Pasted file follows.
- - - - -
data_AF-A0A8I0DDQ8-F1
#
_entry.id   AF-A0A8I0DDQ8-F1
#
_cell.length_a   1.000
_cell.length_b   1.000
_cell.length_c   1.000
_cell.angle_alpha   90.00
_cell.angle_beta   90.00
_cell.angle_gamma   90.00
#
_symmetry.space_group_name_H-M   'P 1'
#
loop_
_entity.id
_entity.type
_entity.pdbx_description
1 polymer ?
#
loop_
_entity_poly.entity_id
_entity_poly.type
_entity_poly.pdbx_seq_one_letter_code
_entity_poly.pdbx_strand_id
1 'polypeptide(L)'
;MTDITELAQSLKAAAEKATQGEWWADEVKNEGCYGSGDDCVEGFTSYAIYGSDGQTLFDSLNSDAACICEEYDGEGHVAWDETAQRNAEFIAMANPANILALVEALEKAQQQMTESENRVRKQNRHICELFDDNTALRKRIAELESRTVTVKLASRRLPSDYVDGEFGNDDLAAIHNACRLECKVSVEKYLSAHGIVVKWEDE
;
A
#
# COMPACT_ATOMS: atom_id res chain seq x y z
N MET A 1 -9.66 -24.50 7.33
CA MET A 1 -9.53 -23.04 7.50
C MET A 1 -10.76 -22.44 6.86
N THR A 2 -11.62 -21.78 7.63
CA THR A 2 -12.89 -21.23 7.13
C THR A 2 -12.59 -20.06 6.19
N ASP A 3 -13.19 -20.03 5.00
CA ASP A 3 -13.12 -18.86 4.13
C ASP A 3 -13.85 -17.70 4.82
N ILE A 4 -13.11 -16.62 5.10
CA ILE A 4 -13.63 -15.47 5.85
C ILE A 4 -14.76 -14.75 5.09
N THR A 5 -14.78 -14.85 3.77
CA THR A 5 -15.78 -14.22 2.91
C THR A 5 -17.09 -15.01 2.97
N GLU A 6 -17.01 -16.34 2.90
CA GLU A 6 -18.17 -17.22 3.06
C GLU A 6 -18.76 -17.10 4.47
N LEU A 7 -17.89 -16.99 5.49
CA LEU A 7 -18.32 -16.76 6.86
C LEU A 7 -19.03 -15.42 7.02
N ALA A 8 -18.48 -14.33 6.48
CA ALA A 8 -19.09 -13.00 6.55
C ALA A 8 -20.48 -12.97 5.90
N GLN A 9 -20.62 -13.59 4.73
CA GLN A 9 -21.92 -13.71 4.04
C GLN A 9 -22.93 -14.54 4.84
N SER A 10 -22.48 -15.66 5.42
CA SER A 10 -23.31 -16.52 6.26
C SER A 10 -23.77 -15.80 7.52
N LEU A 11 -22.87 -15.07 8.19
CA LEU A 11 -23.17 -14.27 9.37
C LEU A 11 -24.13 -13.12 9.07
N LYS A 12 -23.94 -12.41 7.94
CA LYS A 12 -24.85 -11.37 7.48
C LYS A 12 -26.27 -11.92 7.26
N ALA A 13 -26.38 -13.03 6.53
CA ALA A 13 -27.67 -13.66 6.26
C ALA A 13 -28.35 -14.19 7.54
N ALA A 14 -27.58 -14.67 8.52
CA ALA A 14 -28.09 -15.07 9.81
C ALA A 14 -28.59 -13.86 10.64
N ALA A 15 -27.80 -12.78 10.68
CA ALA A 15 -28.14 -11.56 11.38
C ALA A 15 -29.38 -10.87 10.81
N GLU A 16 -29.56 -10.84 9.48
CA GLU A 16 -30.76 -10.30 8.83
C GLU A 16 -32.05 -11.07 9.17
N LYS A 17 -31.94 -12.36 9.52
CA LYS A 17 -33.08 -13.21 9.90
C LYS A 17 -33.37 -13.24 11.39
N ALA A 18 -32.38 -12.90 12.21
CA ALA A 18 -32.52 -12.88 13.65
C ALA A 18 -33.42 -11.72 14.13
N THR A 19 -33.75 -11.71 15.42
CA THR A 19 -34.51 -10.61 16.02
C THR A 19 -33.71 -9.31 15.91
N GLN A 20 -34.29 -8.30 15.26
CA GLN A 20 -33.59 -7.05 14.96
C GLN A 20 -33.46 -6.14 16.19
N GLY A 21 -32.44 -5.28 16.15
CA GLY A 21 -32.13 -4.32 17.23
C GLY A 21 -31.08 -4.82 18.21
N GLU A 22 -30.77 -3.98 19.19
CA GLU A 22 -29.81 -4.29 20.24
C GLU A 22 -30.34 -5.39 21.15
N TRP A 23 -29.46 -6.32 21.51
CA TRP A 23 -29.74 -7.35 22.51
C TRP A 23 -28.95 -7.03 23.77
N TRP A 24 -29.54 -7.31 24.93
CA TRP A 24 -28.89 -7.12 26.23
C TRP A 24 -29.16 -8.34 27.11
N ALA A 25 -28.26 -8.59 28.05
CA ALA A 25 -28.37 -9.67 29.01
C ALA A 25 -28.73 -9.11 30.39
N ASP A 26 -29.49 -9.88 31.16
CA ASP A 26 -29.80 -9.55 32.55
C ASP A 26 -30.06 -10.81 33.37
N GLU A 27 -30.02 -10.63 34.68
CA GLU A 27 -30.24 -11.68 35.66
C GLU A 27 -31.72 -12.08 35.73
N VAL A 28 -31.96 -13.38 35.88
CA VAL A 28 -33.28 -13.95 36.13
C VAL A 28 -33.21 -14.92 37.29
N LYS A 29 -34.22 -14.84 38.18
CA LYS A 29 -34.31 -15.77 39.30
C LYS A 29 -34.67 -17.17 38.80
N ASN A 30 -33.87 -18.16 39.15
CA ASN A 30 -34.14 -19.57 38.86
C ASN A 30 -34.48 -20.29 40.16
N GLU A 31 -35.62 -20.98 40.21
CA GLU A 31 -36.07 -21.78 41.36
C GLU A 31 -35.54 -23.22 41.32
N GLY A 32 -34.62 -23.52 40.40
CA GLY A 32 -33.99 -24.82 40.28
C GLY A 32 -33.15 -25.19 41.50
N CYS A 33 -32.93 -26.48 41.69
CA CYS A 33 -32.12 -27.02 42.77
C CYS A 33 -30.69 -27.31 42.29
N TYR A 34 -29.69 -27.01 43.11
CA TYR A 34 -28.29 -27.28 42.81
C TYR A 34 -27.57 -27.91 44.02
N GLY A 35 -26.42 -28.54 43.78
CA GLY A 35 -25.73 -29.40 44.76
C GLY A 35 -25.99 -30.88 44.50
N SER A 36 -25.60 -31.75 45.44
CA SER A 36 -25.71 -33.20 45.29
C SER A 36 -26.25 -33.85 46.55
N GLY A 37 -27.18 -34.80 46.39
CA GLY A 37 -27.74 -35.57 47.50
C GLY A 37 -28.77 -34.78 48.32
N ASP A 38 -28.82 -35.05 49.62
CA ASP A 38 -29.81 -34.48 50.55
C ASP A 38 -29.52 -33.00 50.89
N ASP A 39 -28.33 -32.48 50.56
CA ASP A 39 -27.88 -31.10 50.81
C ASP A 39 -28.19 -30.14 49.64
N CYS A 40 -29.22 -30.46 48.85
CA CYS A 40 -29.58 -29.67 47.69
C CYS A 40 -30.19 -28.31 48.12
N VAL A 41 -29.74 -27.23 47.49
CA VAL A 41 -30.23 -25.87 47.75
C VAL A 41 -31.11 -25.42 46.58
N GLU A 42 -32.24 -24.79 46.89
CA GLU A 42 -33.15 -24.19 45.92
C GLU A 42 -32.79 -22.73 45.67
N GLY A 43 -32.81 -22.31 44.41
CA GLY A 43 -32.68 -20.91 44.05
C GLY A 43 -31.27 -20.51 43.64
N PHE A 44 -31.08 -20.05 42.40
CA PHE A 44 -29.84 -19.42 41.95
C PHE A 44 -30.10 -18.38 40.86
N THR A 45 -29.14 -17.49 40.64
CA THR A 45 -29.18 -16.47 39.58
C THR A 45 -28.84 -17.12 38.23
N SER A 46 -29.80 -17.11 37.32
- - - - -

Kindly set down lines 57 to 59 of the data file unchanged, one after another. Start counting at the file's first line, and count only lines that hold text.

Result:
C GLN A 9 -22.93 -14.54 4.84
N SER A 10 -22.48 -15.66 5.42
CA SER A 10 -23.31 -16.52 6.26